Clear Channel, that often only portray African Americans as criminals and
sub-human; how to build unity between African Americans and other
disenfranchised individuals and communities, including the white working class;
the role of African-American and other women; the often negative treatment of
youth by police and security personnel at public spaces such as Mayfair Mall;
the lack of public spaces for youth; the relationships between youth and
elders; nutrition; the role of unions and churches; the U.S. war on Iraq and
its effect on poor communities; and the negative and positive aspects of hip
Concluded Mbalia, “We must no longer sit back and do nothing. If you are
unorganized you can’t control any situation. If you’re organized
you can make a difference. Youth are the spark.”
On Feb. 15 M1, or Mutulu Olugabala, focused on the relationship between Black
revolutionaries in the 1960s and 1970s and the international movements arising
from these roots, including hip hop. Olugabala is currently on a U.S. speaking
tour that is being filmed for a future DVD release. He had just come from
Omaha, Neb., Malcolm X’s birthplace.
Olugabala, wearing a military hat with a red star insignia and
“Cuba” above the star, spoke before a large multinational audience
that included many long-time Black and other liberation movement freedom
fighters—including African-American Milwaukee City Council Alderman
Michael McGee Jr., who is currently under racist attack for defending and
supporting working class and oppressed people.
Olugabala described his personal journey, beginning with his formative years
from his birth in Jamaica to living in Brooklyn, Raleigh, N.C., and
Tallahassee, Fla., where he met his Dead Prez partner Sticman, helped form the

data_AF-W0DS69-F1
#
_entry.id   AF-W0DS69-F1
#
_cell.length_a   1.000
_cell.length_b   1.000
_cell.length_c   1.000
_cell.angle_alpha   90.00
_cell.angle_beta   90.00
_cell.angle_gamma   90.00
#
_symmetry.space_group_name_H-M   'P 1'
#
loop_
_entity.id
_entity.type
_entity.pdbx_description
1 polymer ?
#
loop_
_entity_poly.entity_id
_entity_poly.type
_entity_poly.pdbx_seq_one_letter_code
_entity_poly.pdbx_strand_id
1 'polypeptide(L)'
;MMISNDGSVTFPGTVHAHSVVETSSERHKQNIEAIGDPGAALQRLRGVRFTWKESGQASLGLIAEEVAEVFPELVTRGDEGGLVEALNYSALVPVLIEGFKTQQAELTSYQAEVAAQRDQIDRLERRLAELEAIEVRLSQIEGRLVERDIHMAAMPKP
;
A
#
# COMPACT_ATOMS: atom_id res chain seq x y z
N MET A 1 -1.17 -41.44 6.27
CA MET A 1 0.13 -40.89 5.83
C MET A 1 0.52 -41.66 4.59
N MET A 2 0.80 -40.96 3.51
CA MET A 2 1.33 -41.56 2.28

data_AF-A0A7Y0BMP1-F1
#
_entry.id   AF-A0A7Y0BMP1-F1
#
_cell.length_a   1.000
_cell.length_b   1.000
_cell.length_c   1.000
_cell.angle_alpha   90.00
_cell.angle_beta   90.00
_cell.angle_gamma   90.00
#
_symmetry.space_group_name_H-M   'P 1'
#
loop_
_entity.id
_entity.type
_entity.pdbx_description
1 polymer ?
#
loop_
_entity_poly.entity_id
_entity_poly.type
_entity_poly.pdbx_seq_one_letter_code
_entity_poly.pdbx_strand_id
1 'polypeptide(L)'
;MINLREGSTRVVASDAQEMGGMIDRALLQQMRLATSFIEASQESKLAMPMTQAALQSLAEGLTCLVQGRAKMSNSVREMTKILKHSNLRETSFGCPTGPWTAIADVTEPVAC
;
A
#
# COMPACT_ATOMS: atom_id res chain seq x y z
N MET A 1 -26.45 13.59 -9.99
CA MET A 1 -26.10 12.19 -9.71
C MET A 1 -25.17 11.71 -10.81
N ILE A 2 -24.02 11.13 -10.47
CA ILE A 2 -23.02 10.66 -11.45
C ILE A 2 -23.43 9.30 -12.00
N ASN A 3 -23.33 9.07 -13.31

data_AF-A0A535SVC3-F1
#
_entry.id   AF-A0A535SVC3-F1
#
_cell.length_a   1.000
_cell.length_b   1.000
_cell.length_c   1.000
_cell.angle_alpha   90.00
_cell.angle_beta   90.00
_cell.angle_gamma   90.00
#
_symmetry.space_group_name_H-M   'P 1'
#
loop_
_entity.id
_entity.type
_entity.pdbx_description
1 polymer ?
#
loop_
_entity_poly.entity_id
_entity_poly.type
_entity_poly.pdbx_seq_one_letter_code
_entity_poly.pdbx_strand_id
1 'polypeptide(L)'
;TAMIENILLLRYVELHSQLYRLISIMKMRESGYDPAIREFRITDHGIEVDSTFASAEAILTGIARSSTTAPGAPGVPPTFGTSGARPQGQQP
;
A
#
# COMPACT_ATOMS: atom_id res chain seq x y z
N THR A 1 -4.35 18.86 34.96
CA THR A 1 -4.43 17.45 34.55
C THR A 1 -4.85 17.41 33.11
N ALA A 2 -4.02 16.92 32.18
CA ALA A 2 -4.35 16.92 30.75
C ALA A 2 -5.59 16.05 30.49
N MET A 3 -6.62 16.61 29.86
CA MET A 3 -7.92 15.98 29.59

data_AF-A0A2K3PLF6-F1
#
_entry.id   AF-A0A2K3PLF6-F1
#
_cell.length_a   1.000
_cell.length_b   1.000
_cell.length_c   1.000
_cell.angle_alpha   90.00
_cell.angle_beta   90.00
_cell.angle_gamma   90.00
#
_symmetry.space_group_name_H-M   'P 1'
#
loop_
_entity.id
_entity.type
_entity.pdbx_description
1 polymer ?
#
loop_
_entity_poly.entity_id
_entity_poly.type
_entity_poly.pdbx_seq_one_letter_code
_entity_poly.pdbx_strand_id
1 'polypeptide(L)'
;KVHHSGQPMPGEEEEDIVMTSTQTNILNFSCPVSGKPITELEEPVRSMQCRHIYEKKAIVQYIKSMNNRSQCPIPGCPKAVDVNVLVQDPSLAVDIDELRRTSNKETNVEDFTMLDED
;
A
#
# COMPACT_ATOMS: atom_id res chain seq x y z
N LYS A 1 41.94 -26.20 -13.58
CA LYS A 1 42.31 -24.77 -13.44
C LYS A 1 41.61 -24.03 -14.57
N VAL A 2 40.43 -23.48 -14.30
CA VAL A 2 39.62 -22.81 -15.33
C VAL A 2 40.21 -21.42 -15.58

Black Survival Movement and joined the African People’s Socialist Party
and the National Democratic Uhuru (Freedom) Movement.
From there he gave an overview of the U.S. “undeclared war” on the
Black Nation in the latter half of the twentieth century largely waged through
COINTELPRO, a counterinsurgency program that used assassinations, torture and
other forms of terror against the Black and other liberation movements.
Olugabala stressed that particular targets of U.S. imperialism were the Black
Panther’s people’s programs and dynamic leaders, organizers and
theoreticians such as Assata Shakur, Fred Hampton Sr., Dr. Huey P. Newton and
Geronimo ji-Jaga Pratt. The inspiration these struggles gave to international
liberation movements was another main reason for their neutralization, said
Olugabala. He said after the military defeat of the U.S. liberation movements,
beginning in the early 1970s, the U.S. “doped out the ‘hood and
brought in crack cocaine in the most vicious way,” in another form of
Olugabala closed by stressing the need for revolutionary political education,
using the science of dialectical and historical materialism, and declared that
organizing to build for socialism to defeat imperialism is the way forward.
“All of us have a role to play in this struggle that we’re
in,” said Olugabala. Suggesting a life mission to those progressives and
revolutionaries present, he concluded: “I’m going to do everything
I can to defeat imperialism. That’s my job.”